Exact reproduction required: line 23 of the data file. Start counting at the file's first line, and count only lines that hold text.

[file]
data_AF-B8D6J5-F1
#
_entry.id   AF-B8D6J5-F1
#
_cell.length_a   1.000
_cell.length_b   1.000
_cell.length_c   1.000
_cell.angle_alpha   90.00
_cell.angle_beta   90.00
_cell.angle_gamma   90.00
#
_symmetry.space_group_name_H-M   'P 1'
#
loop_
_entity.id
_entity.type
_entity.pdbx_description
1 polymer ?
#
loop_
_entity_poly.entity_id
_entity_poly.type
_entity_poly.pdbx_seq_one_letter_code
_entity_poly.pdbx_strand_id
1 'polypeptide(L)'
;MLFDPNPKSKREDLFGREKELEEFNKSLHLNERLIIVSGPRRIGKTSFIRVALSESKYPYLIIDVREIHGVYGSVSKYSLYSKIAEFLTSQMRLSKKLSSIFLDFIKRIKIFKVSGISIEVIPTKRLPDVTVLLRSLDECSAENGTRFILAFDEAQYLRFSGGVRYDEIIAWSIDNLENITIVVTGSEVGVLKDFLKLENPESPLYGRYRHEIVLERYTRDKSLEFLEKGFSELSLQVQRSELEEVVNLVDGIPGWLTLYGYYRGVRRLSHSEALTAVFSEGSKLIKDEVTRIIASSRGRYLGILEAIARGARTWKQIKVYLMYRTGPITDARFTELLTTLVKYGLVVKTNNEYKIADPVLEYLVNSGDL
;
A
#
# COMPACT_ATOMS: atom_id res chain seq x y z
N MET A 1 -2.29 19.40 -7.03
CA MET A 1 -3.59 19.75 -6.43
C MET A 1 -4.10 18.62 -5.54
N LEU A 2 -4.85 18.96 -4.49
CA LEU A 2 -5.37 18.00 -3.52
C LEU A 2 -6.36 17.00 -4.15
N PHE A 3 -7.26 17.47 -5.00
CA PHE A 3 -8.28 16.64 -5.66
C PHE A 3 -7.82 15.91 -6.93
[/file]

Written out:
_entity_poly.pdbx_seq_one_letter_code